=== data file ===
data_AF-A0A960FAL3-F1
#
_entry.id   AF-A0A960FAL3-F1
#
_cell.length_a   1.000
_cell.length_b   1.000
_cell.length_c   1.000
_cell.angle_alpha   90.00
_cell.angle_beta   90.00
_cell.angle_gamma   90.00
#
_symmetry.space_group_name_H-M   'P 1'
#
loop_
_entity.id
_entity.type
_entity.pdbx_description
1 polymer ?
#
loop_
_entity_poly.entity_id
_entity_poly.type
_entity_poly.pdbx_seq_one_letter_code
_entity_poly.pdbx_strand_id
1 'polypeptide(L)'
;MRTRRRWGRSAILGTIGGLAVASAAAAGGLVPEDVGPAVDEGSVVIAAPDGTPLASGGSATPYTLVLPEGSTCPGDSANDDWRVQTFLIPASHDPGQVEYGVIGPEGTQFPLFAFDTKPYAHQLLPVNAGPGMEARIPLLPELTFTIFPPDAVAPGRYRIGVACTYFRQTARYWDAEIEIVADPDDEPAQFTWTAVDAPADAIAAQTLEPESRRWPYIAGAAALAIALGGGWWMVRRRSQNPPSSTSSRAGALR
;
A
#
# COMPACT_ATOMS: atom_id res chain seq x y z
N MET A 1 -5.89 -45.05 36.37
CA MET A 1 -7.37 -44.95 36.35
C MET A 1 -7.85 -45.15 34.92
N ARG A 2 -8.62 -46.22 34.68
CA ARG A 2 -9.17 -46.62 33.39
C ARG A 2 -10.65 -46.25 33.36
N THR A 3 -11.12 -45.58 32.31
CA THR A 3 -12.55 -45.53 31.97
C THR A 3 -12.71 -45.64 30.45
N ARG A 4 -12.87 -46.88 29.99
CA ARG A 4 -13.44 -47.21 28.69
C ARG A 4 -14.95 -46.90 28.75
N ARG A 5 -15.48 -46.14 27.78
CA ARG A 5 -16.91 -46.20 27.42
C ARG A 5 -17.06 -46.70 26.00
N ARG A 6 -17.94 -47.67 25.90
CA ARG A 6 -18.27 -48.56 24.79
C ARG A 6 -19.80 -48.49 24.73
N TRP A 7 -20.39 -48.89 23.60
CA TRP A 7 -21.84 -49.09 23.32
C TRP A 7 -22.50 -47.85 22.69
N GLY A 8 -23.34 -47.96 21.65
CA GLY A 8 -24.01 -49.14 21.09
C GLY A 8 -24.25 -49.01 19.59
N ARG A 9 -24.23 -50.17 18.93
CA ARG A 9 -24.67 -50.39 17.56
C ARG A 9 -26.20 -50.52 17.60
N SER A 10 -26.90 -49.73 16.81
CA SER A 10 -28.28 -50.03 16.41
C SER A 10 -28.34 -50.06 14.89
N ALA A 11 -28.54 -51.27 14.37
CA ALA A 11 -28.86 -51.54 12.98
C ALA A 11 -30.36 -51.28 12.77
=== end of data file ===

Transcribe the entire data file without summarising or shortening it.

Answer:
data_AF-A0A960FAL3-F1
#
_entry.id   AF-A0A960FAL3-F1
#
_cell.length_a   1.000
_cell.length_b   1.000
_cell.length_c   1.000
_cell.angle_alpha   90.00
_cell.angle_beta   90.00
_cell.angle_gamma   90.00
#
_symmetry.space_group_name_H-M   'P 1'
#
loop_
_entity.id
_entity.type
_entity.pdbx_description
1 polymer ?
#
loop_
_entity_poly.entity_id
_entity_poly.type
_entity_poly.pdbx_seq_one_letter_code
_entity_poly.pdbx_strand_id
1 'polypeptide(L)'
;MRTRRRWGRSAILGTIGGLAVASAAAAGGLVPEDVGPAVDEGSVVIAAPDGTPLASGGSATPYTLVLPEGSTCPGDSANDDWRVQTFLIPASHDPGQVEYGVIGPEGTQFPLFAFDTKPYAHQLLPVNAGPGMEARIPLLPELTFTIFPPDAVAPGRYRIGVACTYFRQTARYWDAEIEIVADPDDEPAQFTWTAVDAPADAIAAQTLEPESRRWPYIAGAAALAIALGGGWWMVRRRSQNPPSSTSSRAGALR
;
A
#
# COMPACT_ATOMS: atom_id res chain seq x y z
N MET A 1 -5.89 -45.05 36.37
CA MET A 1 -7.37 -44.95 36.35
C MET A 1 -7.85 -45.15 34.92
N ARG A 2 -8.62 -46.22 34.68
CA ARG A 2 -9.17 -46.62 33.39
C ARG A 2 -10.65 -46.25 33.36
N THR A 3 -11.12 -45.58 32.31
CA THR A 3 -12.55 -45.53 31.97
C THR A 3 -12.71 -45.64 30.45
N ARG A 4 -12.87 -46.88 29.99
CA ARG A 4 -13.44 -47.21 28.69
C ARG A 4 -14.95 -46.90 28.75
N ARG A 5 -15.48 -46.14 27.78
CA ARG A 5 -16.91 -46.20 27.42
C ARG A 5 -17.06 -46.70 26.00
N ARG A 6 -17.94 -47.67 25.90
CA ARG A 6 -18.27 -48.56 24.79
C ARG A 6 -19.80 -48.49 24.73
N TRP A 7 -20.39 -48.89 23.60
CA TRP A 7 -21.84 -49.09 23.32
C TRP A 7 -22.50 -47.85 22.69
N GLY A 8 -23.34 -47.96 21.65
CA GLY A 8 -24.01 -49.14 21.09
C GLY A 8 -24.25 -49.01 19.59
N ARG A 9 -24.23 -50.17 18.93
CA ARG A 9 -24.67 -50.39 17.56
C ARG A 9 -26.20 -50.52 17.60
N SER A 10 -26.90 -49.73 16.81
CA SER A 10 -28.28 -50.03 16.41
C SER A 10 -28.34 -50.06 14.89
N ALA A 11 -28.54 -51.27 14.37
CA ALA A 11 -28.86 -51.54 12.98
C ALA A 11 -30.36 -51.28 12.77